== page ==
Column: Indiana, North Carolina And Beyond: Numbers And Asterisks

This story was written by Mike Wacker, Cornell Daily Sun

Given the nature of this Democratic primary, it only makes sense that Obama would take one state and Clinton would take the other. However, Obama soundly defeated Clinton in North Carolina while Clinton narrowly won a nail-biter in Indiana, and North Carolina has more voters and delegates as well. I would even say that tonight symbolizes the race in general; although this has proved to be a very close battle, all the signs are pointing to Obama if one looks deeper.

Tonight's results are not exactly what Clinton needed to continue her strong comeback, especially since Indiana and North Carolina have almost half of the remaining pledged delegates. However, while most human beings would have thrown in the towel by now, this is no mere mortal: this is Hillary Clinton. As much as she would have enjoyed hearing her supporters scream "NO!!!" if she had pulled a Romney and dropped out earlier, Clinton by all means seems poised to drag this battle on to the bitter end.

Furthermore, Hillary still has two cards she could potentially play after all the primaries have taken place. Let's take a look at both.

The Popular Vote*

Asterisk for a reason. Taking a look at the totals from Real Clear Politics before this election, Hillary only wins the popular vote if it includes both Florida and Michigan, the two states whose primaries do not count (and the latter of which did not have Obama on the ballot). Additionally, Clinton's margin is only 85,120, but if you include Florida and Michigan, you might as well include the estimates from the four states which hold caucuses, at which point the margin is only the 25,102. However, the latest numbers, which include Indiana and North Carolina, give Obama control of the popular vote no matter how you measure it. Of course, Clinton will do her best regain the lead there over the remaining contests, but her chances of winning the popular vote without Florida or Michigan are minuscule.

The Electoral College

An interesting metric suggested by the Clinton campaign. Basically, it takes the fifty state primaries as well as Washington D.C. and pretends this is the general election. So if Clinton wins California, she wins the 55 Electoral College votes California has for the general election. I ran the numbers on this one, and after tonight it turns out that both candidates are tied with 217 votes each (270 are needed to win). I find that more than ironic. This total, however, excludes three states: Florida, Michigan, Texas. Why I excluded the first two are obvious, but the third deserves some more explanation. Clinton won the primary and thus the popular vote in Texas, while Obama won the caucus in Texas and actually came out with more delegates in the state as a whole.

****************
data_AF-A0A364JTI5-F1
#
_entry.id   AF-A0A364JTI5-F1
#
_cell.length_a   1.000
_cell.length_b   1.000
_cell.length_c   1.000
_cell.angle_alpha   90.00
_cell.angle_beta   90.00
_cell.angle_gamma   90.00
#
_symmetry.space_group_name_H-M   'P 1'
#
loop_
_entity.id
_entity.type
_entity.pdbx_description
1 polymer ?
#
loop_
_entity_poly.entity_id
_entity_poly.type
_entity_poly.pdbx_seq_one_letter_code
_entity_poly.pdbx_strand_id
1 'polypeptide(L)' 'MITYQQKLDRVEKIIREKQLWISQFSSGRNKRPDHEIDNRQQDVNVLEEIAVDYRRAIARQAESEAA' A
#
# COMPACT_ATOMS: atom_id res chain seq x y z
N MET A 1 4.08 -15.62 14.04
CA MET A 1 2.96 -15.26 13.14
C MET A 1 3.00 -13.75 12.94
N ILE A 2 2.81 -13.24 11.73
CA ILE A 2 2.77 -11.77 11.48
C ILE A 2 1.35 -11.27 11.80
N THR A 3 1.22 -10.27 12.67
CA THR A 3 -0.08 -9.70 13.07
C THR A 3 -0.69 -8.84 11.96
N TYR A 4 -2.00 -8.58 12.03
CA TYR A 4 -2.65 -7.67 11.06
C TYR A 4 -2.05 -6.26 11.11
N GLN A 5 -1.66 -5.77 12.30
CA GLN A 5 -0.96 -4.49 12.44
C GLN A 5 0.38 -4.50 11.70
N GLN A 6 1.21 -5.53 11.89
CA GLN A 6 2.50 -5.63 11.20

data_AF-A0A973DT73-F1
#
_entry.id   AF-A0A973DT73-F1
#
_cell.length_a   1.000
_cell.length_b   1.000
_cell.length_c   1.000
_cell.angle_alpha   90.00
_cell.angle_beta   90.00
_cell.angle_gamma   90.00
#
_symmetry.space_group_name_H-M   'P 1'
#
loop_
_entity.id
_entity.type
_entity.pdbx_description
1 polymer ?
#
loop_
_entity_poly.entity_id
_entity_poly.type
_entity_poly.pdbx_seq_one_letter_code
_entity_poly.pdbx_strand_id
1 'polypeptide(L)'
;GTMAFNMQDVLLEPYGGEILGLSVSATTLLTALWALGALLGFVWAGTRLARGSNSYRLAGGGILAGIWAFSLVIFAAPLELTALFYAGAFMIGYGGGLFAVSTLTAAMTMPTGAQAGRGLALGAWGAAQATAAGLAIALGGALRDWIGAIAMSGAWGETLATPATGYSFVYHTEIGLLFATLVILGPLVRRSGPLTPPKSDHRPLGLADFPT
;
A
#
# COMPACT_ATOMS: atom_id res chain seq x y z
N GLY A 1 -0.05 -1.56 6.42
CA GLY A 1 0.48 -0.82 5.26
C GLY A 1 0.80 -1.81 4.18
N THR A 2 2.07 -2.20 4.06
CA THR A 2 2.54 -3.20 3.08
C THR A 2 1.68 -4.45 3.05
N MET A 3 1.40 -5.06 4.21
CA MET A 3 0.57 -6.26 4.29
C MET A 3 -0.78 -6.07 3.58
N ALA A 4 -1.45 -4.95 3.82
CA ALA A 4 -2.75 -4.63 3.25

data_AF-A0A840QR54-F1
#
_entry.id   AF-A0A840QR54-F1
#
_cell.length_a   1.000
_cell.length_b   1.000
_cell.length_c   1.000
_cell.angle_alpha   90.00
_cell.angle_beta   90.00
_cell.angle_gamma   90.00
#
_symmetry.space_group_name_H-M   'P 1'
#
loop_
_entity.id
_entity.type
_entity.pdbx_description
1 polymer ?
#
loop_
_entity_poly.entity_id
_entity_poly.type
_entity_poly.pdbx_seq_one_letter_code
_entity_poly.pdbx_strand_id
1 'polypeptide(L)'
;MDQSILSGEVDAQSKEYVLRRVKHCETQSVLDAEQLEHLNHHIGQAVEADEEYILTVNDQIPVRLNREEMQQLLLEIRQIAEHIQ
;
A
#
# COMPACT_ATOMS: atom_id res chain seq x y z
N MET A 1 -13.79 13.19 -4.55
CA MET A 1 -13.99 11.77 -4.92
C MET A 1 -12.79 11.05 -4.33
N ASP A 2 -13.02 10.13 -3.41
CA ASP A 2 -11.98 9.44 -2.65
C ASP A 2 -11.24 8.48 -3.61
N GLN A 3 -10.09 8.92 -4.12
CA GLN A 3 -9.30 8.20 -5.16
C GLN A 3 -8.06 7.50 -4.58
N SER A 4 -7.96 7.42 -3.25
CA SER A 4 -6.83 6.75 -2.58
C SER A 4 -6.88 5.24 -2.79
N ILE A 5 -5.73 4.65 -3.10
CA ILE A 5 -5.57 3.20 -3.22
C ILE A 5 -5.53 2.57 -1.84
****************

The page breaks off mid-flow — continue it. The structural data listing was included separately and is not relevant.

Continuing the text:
Now if you chalk Texas and its 34 electoral votes to Clinton since she won the popular vote there, she wins by any standard. After Texas, if you include the 44 electoral votes from Michigan and Florida, Clinton has 295 electoral votes, more than enough to win. If you exclude Michigan and Florida, it only makes sense to bump the magic number down from 270 to 248, at which point Clinton's 251 electoral votes are 3 more than she needs. If you give Texas to Obama but award Florida and Michigan to Clinton, Clinton leads 261-251, and looking at the five remaining states, Clinton surely can come up with 9 more votes. The Electoral College argument definitely plays in Clinton's favor, but even with this one there are many different ways to run the numbers.

So if you managed not only to read but comprehend everything up to this point, you can clearly see that there a lot of numbers and asterisks. To top it off, had I even tried to run the numbers and possiblities with a combination of the pledged delegates and the superelegates (who could be influenced by either of the above two arguments), I could have easily doubled the length of this blog post, although most of the signs would have pointed Obama's way. Needless to say, any quantitative measure of this race creates a considerable amount of confusion. And so long as that confusion still exists, Clinton will still be fighting hard for the nomination.